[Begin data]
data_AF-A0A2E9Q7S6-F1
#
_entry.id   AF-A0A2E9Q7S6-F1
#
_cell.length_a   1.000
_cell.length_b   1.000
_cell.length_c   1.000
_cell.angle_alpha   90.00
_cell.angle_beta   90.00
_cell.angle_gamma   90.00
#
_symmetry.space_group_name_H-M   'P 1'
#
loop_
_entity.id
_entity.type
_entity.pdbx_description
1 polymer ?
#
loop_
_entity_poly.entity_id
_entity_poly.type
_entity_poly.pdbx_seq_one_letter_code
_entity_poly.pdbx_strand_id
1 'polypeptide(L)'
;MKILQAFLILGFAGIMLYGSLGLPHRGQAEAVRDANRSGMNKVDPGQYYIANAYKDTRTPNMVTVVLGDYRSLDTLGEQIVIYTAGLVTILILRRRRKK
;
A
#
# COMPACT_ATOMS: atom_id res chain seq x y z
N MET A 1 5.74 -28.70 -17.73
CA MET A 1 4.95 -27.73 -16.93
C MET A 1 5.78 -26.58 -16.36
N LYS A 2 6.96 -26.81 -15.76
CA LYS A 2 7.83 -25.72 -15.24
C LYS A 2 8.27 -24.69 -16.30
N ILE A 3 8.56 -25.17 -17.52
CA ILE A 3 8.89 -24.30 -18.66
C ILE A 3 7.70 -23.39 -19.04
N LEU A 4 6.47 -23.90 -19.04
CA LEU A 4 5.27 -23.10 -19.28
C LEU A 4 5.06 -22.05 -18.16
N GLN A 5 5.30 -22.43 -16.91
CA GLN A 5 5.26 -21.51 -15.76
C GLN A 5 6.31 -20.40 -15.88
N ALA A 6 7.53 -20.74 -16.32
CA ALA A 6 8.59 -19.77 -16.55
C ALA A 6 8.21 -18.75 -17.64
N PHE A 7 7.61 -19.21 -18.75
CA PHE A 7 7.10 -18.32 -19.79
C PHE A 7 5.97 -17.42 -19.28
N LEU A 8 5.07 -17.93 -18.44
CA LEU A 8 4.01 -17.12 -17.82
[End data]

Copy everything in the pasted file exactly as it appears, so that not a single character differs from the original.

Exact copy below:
data_AF-A0A2E9Q7S6-F1
#
_entry.id   AF-A0A2E9Q7S6-F1
#
_cell.length_a   1.000
_cell.length_b   1.000
_cell.length_c   1.000
_cell.angle_alpha   90.00
_cell.angle_beta   90.00
_cell.angle_gamma   90.00
#
_symmetry.space_group_name_H-M   'P 1'
#
loop_
_entity.id
_entity.type
_entity.pdbx_description
1 polymer ?
#
loop_
_entity_poly.entity_id
_entity_poly.type
_entity_poly.pdbx_seq_one_letter_code
_entity_poly.pdbx_strand_id
1 'polypeptide(L)'
;MKILQAFLILGFAGIMLYGSLGLPHRGQAEAVRDANRSGMNKVDPGQYYIANAYKDTRTPNMVTVVLGDYRSLDTLGEQIVIYTAGLVTILILRRRRKK
;
A
#
# COMPACT_ATOMS: atom_id res chain seq x y z
N MET A 1 5.74 -28.70 -17.73
CA MET A 1 4.95 -27.73 -16.93
C MET A 1 5.78 -26.58 -16.36
N LYS A 2 6.96 -26.81 -15.76
CA LYS A 2 7.83 -25.72 -15.24
C LYS A 2 8.27 -24.69 -16.30
N ILE A 3 8.56 -25.17 -17.52
CA ILE A 3 8.89 -24.30 -18.66
C ILE A 3 7.70 -23.39 -19.04
N LEU A 4 6.47 -23.90 -19.04
CA LEU A 4 5.27 -23.10 -19.28
C LEU A 4 5.06 -22.05 -18.16
N GLN A 5 5.30 -22.43 -16.91
CA GLN A 5 5.26 -21.51 -15.76
C GLN A 5 6.31 -20.40 -15.88
N ALA A 6 7.53 -20.74 -16.32
CA ALA A 6 8.59 -19.77 -16.55
C ALA A 6 8.21 -18.75 -17.64
N PHE A 7 7.61 -19.21 -18.75
CA PHE A 7 7.10 -18.32 -19.79
C PHE A 7 5.97 -17.42 -19.28
N LEU A 8 5.07 -17.93 -18.44
CA LEU A 8 4.01 -17.12 -17.82